Sunday, August 15, 2010

The basics: About this blog, and me.

Since this is a new blog, I thought I would start out by describing it and myself. I think setting a kind of 'tone' in the first post might help me to frame the rest of what I write here.

A bit about me, to set the context: I'm a graduate student, an international transplant (from New Zealand to Canada), and I've lived in four Canadian cities, in three different provinces. My degrees are in three 'disciplinary' areas (Communication Studies, Linguistics, Education), and my education history is a long and somewhat messy one that I won't recount here. I've worked variously as a fast-food jockey, an ESOL teacher, a scrap-yard cataloguer, a dishwasher, a researcher, a graphic design assistant, and a census-taker. I've also participated both as volunteer and paid worker in quite a few elections (aided in campaigns, worked on election information distribution, registered voters, acted as scrutineer, assisted Returning Officer, etc.)--since well before I was allowed to vote.

These days I'm working on a PhD and I have a teaching assistant position each year. Though I haven't yet taught a whole course myself, I've taught more than many PhD students at my level, since I started my first TA position when I was still an undergraduate. My grad school teaching experiences have also been a bit more diverse than the norm--I've been fortunate enough to work with different courses every year (sometimes in different departments), including in the teacher training program run by my "home" faculty. Working with teacher candidates is rewarding because of the very real and direct challenges they face in their own classrooms during practicum, which foreshadow what is to come later in professional life. The discussions have a kind of relevance and immediacy to them that can seem absent with first-year undergraduates. Still, it's a different experience working with the younger students, and it's rewarding in other ways.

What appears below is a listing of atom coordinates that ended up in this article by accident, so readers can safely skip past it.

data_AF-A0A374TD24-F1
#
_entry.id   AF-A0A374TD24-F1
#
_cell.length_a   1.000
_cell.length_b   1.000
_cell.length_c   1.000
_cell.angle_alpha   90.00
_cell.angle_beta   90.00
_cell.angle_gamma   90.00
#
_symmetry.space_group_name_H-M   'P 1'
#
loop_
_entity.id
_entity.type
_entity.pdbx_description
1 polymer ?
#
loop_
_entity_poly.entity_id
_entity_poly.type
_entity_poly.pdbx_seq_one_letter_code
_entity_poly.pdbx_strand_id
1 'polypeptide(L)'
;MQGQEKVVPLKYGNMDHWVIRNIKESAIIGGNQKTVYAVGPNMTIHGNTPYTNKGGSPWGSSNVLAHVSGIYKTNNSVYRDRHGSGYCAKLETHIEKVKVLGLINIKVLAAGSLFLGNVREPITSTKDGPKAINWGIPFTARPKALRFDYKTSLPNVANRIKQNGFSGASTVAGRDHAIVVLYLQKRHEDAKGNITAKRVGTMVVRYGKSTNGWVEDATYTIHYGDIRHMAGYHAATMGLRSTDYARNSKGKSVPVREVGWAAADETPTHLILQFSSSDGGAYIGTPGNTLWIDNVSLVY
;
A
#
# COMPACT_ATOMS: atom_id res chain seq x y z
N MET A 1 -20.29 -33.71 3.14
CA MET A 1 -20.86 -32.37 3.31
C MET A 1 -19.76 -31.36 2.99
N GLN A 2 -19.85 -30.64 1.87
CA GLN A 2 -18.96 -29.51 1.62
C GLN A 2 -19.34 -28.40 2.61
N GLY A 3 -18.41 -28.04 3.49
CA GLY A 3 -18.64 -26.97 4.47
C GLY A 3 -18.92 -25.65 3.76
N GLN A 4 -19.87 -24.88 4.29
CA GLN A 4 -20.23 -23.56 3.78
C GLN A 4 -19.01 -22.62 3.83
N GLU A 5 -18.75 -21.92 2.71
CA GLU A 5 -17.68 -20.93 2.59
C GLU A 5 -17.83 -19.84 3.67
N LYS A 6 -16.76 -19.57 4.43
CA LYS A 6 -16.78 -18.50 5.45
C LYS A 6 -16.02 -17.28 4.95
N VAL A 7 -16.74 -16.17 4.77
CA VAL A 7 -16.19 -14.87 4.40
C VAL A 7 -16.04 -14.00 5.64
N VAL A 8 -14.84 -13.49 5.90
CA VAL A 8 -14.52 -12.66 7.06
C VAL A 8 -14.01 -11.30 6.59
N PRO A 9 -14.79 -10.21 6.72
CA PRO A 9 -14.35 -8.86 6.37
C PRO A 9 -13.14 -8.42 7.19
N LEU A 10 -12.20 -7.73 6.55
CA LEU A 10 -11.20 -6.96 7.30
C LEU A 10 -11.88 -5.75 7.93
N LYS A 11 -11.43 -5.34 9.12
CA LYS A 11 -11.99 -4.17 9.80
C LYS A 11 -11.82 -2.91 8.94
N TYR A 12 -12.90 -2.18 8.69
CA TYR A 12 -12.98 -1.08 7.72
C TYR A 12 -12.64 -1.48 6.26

There are probably a number of things about the way I try to work--as a writer/researcher, as a teacher--that will bleed through to this blog, just as the questioning I bring to my research also comes into the classroom when I'm talking with students. Teaching, and reading, have taught me that I have broad interests and a pretty tangential way of thinking; so I've learned to keep relating things back to a theme or to some common question. And one way in which I like do that is to return to the discussion and definition of key terms and basic concepts. In tutorials I've tried to emphasise asking fundamental questions, the answers to which often seem “obvious” but which tend to help demonstrate how the "easiest" question can turn out to be the toughest one to answer.

This kind of questioning is more than just an exercise devised to provide fodder for course grades. My feeling is that if underlying, often apparently "only" philosophical, issues are not debated and fleshed out, then the overall direction of teaching and learning and also of our theorising and policy-making, will be uncertain and/or skewed. There will be a lack of solidity to the proposals, and no cohesion around the principles. We want a "knowledge economy", but we don't know (or bother to define) what "knowledge" is. We talk about increasing a nation's economic worth by raising the number of post-secondary graduates it "produces"--but we don't question the reduction of civic participation to numbers of degrees earned. We want children to "learn", but only if this learning shows up in the results of standardised tests. We demand “evidence” of progress, efficiency, and effectiveness, without wondering about what it is that we allow to “count” as proof, and who defines it.